Holmes’ view eventually became the prevailing view. A half-century later, the Supreme Court, in declining to invalidate a state law even though the Court saw a strong argument that striking down the law would advance a better social policy, stated that:
such arguments are properly addressed to the legislature, not to us. We refuse to sit as a superlegislature to weigh the wisdom of legislation, and we emphatically refuse to go back to the time when courts used the Due Process Clause to strike down state laws, regulatory of business and industrial conditions because they may be unwise, improvident, or out of harmony with a particular school of thought.
The Restatement’s approach encroaches on the policy-making prerogative of legislatures and hearkens back to the discredited overreaches of the Lochner era courts. Courts that allow themselves permission to ignore recording statutes via wholesale application of equitable subrogation to refinance mortgages are mirroring the Court in Lochner: nullifying a validly enacted statute in furtherance of their own preferred economic policy, substituting equity for the Constitution as the vehicle for the overreach.
For example, when the Washington Supreme Court adopted the Restatement approach to equitable subrogation in Bank of America, N.A. v. Prestance Corp., it justified nullifying the state’s recording statute by asserting that the court’s decision “helps stem the threat of foreclosure” and “affords enormous financial benefits for many homeowners.” Adoption of the Restatement View, according to the Washington Supreme Court, would “save billions of dollars by reducing title insurance premiums” because “when a jurisdiction adopts the liberal view of equitable subrogation, the insurance premium is greatly reduced.” The court in Prestance was doing exactly what a legislature would do: it implemented an economic policy in the belief that doing so achieved a better economic result for society generally. Instead, the court should have done what courts are supposed to do: apply equity only to prevent an unjust result in a particular case.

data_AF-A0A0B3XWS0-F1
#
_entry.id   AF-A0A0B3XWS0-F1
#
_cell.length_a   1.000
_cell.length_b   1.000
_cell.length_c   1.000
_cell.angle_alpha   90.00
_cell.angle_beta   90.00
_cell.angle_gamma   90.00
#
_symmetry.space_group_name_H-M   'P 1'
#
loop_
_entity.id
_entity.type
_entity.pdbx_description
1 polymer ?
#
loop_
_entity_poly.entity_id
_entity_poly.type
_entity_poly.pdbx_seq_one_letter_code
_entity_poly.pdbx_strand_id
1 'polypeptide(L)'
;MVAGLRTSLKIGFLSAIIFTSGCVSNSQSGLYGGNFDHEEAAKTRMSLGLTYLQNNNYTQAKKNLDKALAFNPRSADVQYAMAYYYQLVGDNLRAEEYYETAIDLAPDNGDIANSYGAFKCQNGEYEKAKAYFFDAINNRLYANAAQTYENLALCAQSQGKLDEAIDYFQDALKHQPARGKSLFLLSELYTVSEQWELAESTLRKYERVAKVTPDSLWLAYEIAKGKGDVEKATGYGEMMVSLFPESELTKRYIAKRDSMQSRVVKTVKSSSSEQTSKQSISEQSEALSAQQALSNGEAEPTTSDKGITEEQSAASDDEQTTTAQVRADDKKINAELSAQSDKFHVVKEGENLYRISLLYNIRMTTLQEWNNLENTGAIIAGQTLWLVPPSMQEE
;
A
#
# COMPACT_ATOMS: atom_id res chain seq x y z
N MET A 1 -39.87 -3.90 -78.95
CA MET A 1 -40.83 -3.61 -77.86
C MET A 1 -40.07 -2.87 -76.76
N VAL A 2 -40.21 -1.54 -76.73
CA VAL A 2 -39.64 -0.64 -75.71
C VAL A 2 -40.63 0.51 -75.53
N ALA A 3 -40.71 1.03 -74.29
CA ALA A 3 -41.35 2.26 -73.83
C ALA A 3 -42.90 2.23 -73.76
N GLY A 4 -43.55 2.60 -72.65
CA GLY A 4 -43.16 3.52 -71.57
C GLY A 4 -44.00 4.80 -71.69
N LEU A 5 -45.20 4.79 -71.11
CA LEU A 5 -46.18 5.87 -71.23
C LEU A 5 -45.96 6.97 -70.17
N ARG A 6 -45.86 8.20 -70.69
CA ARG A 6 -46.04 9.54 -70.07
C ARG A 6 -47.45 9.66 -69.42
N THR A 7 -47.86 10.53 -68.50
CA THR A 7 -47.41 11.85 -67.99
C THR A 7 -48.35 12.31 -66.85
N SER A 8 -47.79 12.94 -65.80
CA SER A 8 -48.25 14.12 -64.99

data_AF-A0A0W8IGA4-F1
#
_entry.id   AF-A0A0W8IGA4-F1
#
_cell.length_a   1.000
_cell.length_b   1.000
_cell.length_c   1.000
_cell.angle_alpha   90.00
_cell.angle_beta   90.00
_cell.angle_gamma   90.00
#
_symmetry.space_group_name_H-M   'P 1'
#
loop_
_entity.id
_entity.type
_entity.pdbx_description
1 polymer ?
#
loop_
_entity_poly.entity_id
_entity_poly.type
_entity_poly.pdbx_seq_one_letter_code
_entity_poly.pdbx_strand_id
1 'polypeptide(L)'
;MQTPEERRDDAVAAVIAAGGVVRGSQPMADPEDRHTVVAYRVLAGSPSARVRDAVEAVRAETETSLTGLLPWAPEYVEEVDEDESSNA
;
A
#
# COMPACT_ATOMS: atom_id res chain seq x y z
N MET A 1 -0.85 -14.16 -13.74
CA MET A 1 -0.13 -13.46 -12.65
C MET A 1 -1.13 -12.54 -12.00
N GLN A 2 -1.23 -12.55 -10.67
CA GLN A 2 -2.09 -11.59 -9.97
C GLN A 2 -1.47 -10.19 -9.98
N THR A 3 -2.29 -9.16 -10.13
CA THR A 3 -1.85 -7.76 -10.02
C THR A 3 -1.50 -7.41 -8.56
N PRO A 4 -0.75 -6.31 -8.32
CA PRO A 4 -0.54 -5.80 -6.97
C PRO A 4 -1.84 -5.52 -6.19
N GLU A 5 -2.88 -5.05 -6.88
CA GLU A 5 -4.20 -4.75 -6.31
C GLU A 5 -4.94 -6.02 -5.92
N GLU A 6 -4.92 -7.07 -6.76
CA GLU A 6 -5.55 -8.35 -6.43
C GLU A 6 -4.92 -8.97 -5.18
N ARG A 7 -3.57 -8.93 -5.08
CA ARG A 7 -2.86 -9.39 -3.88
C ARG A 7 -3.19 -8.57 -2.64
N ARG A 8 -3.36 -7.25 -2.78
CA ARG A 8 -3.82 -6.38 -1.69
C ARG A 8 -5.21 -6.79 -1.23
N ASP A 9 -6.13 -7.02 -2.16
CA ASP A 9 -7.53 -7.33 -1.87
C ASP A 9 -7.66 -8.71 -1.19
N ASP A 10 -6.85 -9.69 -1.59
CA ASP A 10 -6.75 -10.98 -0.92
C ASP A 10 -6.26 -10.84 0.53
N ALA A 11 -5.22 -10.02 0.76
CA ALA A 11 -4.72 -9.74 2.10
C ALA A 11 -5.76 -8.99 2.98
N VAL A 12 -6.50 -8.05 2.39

When legislatures consider Restatement-style subrogation of refinance mortgages as a matter of policy, they do not necessarily come to the same policy conclusions that the Washington Supreme Court did. In Ohio, for instance, the legislature rejected a bill that would have made subrogation of refinance mortgages automatic. The bill expressly provided that a refinance mortgage would be subrogated regardless of whether the refinance mortgagee had actual or constructive notice of intervening liens or whether the refinance mortgagee or a third party committed a mistake or was negligent, or whether the mortgagee had title insurance. This bill, introduced in 2013, was passed by the Ohio House of Representatives. But after an Ohio Senate committee held a hearing on the bill,102 it removed the mortgage subrogation provisions from it.
This illustrates that courts that dabble in economic policy-making, whether through blanket application of “equity” or through other means, aren’t just enacting undeniably proper policies that legislatures would enact if only they had thought of them. Thus, the venture into
f. Even if it were proper for courts to ignore recording statutes in order to impose their economic policy views, courts should not adopt the Restatement View because it doesn’t appear to deliver on its policy promises.